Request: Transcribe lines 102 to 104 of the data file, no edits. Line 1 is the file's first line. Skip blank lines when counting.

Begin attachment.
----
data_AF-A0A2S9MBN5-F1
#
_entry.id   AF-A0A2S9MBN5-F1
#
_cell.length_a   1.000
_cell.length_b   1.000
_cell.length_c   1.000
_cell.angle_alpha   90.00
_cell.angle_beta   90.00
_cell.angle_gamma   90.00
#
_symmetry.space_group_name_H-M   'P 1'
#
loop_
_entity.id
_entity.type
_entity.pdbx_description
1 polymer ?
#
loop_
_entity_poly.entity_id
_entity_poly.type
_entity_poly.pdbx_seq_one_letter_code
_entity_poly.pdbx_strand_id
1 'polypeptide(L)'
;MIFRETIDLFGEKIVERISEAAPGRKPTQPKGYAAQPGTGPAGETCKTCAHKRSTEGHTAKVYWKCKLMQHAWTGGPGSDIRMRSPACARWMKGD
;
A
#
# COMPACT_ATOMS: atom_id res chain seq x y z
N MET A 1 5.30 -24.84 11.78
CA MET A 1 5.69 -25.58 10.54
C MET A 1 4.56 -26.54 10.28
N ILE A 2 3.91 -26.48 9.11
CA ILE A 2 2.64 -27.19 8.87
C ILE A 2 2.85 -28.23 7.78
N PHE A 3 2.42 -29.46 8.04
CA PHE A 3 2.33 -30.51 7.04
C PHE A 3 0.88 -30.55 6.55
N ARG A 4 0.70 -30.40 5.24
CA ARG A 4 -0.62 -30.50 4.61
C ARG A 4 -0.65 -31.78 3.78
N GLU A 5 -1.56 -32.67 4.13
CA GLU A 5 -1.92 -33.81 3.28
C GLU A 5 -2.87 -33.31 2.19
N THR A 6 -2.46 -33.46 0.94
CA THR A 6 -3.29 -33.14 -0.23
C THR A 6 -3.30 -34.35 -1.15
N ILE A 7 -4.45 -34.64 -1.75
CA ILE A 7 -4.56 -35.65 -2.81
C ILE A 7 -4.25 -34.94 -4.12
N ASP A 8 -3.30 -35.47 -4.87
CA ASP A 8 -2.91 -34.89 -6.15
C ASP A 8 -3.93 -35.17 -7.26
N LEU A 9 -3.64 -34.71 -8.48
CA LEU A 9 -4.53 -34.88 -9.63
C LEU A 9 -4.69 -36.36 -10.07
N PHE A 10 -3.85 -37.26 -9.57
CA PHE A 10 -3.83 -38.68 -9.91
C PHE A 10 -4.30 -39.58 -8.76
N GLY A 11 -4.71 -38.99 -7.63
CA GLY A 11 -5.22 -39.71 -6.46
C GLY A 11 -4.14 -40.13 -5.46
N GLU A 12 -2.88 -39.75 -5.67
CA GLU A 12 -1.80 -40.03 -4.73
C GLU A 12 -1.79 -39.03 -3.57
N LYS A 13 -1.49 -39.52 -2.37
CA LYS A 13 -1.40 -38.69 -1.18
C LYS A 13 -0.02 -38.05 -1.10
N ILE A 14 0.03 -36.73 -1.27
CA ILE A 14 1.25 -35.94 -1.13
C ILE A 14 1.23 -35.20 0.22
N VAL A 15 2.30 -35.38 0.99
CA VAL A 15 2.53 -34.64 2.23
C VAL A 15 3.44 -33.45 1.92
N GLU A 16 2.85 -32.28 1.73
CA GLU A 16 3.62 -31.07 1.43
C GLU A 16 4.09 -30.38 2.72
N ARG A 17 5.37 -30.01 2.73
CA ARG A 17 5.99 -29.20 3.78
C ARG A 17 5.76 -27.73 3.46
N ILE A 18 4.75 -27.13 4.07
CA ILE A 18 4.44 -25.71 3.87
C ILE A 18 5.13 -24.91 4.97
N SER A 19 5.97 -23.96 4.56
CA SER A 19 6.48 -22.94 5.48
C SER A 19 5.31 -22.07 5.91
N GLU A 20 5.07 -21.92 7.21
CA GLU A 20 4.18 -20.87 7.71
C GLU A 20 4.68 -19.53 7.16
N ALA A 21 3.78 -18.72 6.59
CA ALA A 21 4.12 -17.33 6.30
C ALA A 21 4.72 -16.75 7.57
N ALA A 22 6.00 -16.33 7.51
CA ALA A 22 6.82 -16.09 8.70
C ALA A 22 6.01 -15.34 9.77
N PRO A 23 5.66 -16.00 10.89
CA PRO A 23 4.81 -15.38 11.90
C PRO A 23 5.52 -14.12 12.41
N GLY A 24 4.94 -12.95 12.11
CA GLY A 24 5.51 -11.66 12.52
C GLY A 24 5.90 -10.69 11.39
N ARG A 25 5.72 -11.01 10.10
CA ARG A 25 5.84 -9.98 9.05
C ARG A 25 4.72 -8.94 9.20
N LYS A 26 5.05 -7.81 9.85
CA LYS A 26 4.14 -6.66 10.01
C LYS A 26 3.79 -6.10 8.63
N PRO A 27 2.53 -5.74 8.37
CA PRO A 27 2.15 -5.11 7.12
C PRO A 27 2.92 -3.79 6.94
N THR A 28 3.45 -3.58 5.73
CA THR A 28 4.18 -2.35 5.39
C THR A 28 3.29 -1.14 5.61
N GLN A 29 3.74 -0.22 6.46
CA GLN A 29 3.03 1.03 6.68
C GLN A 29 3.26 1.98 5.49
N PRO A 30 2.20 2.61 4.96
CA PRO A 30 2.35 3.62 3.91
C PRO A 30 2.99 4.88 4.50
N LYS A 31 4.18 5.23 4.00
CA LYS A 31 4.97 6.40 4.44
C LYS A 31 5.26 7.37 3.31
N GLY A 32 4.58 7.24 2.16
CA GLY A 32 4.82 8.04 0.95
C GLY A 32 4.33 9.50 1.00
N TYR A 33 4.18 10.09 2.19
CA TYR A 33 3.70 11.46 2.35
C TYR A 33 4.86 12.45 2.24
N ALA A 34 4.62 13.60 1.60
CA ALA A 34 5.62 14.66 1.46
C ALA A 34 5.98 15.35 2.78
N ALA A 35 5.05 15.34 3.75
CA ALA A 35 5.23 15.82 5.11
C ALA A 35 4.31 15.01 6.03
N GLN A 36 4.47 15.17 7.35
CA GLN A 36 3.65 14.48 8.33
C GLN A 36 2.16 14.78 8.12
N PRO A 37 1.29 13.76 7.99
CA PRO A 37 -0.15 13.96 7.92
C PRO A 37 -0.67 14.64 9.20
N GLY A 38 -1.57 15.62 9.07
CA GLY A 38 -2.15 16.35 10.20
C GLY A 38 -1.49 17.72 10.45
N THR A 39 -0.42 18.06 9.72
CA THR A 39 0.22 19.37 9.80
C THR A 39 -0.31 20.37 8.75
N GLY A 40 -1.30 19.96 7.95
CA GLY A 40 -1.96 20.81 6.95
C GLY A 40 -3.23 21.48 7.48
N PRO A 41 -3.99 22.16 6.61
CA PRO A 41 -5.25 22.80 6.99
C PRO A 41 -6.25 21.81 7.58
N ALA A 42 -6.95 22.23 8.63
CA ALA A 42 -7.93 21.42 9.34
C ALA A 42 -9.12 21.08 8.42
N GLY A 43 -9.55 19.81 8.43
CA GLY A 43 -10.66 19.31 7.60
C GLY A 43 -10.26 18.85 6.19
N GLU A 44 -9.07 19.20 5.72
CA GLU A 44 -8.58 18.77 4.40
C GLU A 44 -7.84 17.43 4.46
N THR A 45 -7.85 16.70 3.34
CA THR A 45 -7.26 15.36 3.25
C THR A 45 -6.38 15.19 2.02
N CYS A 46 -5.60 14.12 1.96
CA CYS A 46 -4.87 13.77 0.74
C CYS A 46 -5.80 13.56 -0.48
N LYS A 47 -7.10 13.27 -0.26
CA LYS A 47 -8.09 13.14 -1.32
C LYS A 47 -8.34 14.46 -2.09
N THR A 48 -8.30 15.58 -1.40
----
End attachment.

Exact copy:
C GLY A 24 5.90 -10.69 11.39
N ARG A 25 5.72 -11.01 10.10
CA ARG A 25 5.84 -9.98 9.05